‘It won’t look anything like digital’: Confessions of a TV sales exec on programmatic TV
If programmatic TV becomes a reality, it’s not going to happen in the way that current digital programmatic players want it to. In fact, it might not even resemble digital programmatic at all, with its focus on transactions above advanced data. In the latest edition of our Confessions series, we spoke with a senior TV sales executive about the future of programmatic TV and how it will differ from programmatic on digital. As always, we granted anonymity in exchange for candor.
Here are the excerpts, edited for clarity.
What’s the biggest thing stopping programmatic from coming to TV?
There’s a massive issue between legacy TV people and digital people. It’s like a scene from “Braveheart” where you have both sides screaming at each other across the battlefield. And the fight is that digital people are adamant that TV is going to be all-digital and is going to be transacted in the same way that digital is, with all of the decisioning existing outside of the walls of publishers and media companies. Then you have legacy TV people going, “Absolutely not, fuck you, you don’t know this business. This is not how TV works, and it will never change.” The problem is: They’re both wrong. To make it a reality, we’re going to need something new, which lends itself to taking pieces from both buckets.
Fundamentally, the future of TV and video needs to be about data- and analytics-driven execution. In linear, the programmatic players — the DSPs and SSPs — they’ll knock on our door every day and say they can help us simplify the transactional process. My response is always the same: TV does not have a transactional problem. This is an industry that sells 70 billion dollars in ads every year. When you’re buying on a simple Nielsen C3 currency, it’s easy. And the people whose job it is to buy and sell TV inventory are experts on that transaction. We’ve boiled it down to two numbers: rate of change and volume. We can do a $500 million upfront deal on those two numbers alone. It’s the most efficient process there is today. So when legacy programmatic companies tell us they can make the transaction easy, we laugh. How can it possibly be easier? We can sell $1.8 billion in 72 hours — shit, it would take me longer to count it.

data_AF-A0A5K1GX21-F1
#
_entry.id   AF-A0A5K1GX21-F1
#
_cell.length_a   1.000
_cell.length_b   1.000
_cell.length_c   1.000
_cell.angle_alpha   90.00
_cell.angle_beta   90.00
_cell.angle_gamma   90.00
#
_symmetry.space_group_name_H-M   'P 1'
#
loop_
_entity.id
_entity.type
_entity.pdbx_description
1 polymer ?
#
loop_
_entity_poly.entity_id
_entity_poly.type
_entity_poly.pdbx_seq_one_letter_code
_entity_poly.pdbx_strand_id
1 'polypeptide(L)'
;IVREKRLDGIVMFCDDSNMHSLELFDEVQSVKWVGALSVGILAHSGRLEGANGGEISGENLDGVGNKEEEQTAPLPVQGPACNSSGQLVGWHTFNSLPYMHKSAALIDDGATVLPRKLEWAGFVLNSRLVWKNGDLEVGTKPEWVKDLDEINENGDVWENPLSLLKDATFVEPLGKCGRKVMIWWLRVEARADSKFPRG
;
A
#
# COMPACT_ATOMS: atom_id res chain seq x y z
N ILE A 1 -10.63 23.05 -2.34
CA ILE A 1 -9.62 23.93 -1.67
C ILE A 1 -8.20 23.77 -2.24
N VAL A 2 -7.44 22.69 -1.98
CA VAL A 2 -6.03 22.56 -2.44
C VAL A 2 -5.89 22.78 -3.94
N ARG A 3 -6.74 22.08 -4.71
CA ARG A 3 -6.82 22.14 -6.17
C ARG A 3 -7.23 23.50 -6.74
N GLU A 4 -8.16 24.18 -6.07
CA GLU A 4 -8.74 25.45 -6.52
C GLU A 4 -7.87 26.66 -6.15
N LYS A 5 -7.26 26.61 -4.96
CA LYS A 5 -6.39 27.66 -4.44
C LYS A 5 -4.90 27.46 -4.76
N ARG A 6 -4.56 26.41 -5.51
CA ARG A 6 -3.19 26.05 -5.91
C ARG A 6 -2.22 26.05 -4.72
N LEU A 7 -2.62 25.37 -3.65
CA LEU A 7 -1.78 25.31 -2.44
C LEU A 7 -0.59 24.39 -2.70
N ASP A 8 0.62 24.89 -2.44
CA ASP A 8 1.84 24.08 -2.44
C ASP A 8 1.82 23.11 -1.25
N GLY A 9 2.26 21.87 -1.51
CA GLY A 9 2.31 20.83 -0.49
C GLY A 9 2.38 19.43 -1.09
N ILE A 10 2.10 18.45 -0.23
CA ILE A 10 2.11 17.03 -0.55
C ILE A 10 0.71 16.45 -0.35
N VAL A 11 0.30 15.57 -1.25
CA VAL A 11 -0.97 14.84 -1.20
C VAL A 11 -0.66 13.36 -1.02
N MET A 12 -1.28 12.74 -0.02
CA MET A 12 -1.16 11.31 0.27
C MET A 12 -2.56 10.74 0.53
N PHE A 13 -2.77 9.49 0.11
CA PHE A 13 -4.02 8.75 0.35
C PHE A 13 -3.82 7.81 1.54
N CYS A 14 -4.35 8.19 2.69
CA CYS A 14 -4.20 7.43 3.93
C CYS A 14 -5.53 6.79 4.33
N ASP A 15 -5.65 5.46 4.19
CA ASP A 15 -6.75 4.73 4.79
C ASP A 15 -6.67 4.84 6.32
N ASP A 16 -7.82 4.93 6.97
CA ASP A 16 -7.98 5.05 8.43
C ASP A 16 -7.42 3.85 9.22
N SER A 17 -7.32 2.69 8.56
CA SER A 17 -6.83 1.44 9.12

If money’s not the problem, what is?
What we can’t do is sell inventory using advanced data sets in 72 hours, while also offering real-time optimization. It’s too complicated. That’s why we need the tech to step up.
The only reason this does not exist is because it’s not what the traditional programmatic players are focused on. Again, they’re leading with the wrong problem — that we need programmatic to make transactions easier. Anytime these DSPs or SSPs come in here, one of the first things I ask them is: “Now that you have these audience analytics and their dashboards, how are you building audience estimates?” They look at me like I’m crazy. TV is a futures market. The second you want to talk about advanced data sets, you have to be able to estimate what “Seinfeld” is going to deliver next Tuesday at 2 p.m. But that’s completely lost on them.
If they’re so lost, why even bother meeting with them?
Keep your friends close, but keep your enemies closer. So far, they’ve all got it wrong, but that doesn’t mean at some point someone won’t get it right.
How much of that has to do with the fact that some of the major media companies — Turner, Viacom — are building their own ad and data products? These programmatic vendors would be competitors, then, no?
The ecosystem has to be built on the promise of data and better decisioning — and the publishers have to be the ones doing that. We need to have a hand in it. And we need to keep the inventory intact. The idea of giving a little to this guy, and this guy, and this guy, and having it be transacted on eight different platforms — it’s not going to work. Programmatic TV doesn’t exist because you don’t have media owners building it in a big, viable way. Most are still circling around it. Over the next two years, I think programmatic TV becomes a reality, but it won’t look anything like digital programmatic.
How Forbes’ 30 Under 30 franchise has become a top selling point for the brand
The 30 Under 30 franchise has given Forbes another avenue to sell its advertising clients on cross-platform campaigns for top dollar.
‘Outside the four walls of a restaurant’: Why The Infatuation cooked up a marketplace model during the pandemic
The NYC-focused marketplace, which offers everything from private dinners to cooking classes, will be braided into the rest of the Infatuation's business next year.
‘I believe enough in this to try to do it myself’: CollegeHumor owner Sam Reich on the brand’s future potential
In January, IAC decided it was no longer willing to finance CollegeHumor and sold it to Sam Reich, who had joined the company in 2006 to build out original video.
SponsoredWhy ad buyers (and sellers) need to pay more attention to viewer attention
By Yan Liu, CEO, TVision Like the proverbial tree falling in the forest, we all recognize that oftentimes the TV is on, but no one is in the room to hear or see it. And yet some ad buyers continue to rely on a metric that fails to account for this. To mix metaphors, buyers […]
‘The experience is much more valuable’: How publishers are testing hybrid approaches to keep their events engaging
In order to reignite the spark of excitement that experiential is meant to offer, some publishers have begun testing the limits of hybrid events.
Care packages replace canapés as Coronavirus cancels media holiday party extravagances
With social distancing keeping coworkers apart in December, media companies and agencies have turned to care packages to replace the holiday party.